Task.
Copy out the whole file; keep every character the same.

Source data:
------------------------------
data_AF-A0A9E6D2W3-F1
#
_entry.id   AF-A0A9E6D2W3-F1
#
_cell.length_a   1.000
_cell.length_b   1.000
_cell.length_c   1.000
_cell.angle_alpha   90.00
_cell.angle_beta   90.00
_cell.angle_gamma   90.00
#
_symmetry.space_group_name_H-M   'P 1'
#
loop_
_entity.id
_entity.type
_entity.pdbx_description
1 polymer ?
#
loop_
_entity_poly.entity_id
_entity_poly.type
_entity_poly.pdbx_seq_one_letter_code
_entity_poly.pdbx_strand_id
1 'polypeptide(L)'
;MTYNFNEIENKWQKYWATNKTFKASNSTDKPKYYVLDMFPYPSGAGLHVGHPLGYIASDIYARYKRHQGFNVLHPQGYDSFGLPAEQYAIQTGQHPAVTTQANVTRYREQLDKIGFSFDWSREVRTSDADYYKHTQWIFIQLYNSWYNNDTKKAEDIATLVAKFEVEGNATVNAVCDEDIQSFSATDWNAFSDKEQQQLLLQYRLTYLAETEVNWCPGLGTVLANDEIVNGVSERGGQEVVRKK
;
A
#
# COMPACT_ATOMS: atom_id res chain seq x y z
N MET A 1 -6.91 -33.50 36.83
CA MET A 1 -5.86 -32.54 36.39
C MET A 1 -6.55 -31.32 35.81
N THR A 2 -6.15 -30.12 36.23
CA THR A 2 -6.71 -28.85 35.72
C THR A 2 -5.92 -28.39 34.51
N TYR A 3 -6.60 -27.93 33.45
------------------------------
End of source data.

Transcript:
data_AF-A0A9E6D2W3-F1
#
_entry.id   AF-A0A9E6D2W3-F1
#
_cell.length_a   1.000
_cell.length_b   1.000
_cell.length_c   1.000
_cell.angle_alpha   90.00
_cell.angle_beta   90.00
_cell.angle_gamma   90.00
#
_symmetry.space_group_name_H-M   'P 1'
#
loop_
_entity.id
_entity.type
_entity.pdbx_description
1 polymer ?
#
loop_
_entity_poly.entity_id
_entity_poly.type
_entity_poly.pdbx_seq_one_letter_code
_entity_poly.pdbx_strand_id
1 'polypeptide(L)'
;MTYNFNEIENKWQKYWATNKTFKASNSTDKPKYYVLDMFPYPSGAGLHVGHPLGYIASDIYARYKRHQGFNVLHPQGYDSFGLPAEQYAIQTGQHPAVTTQANVTRYREQLDKIGFSFDWSREVRTSDADYYKHTQWIFIQLYNSWYNNDTKKAEDIATLVAKFEVEGNATVNAVCDEDIQSFSATDWNAFSDKEQQQLLLQYRLTYLAETEVNWCPGLGTVLANDEIVNGVSERGGQEVVRKK
;
A
#
# COMPACT_ATOMS: atom_id res chain seq x y z
N MET A 1 -6.91 -33.50 36.83
CA MET A 1 -5.86 -32.54 36.39
C MET A 1 -6.55 -31.32 35.81
N THR A 2 -6.15 -30.12 36.23
CA THR A 2 -6.71 -28.85 35.72
C THR A 2 -5.92 -28.39 34.51
N TYR A 3 -6.60 -27.93 33.45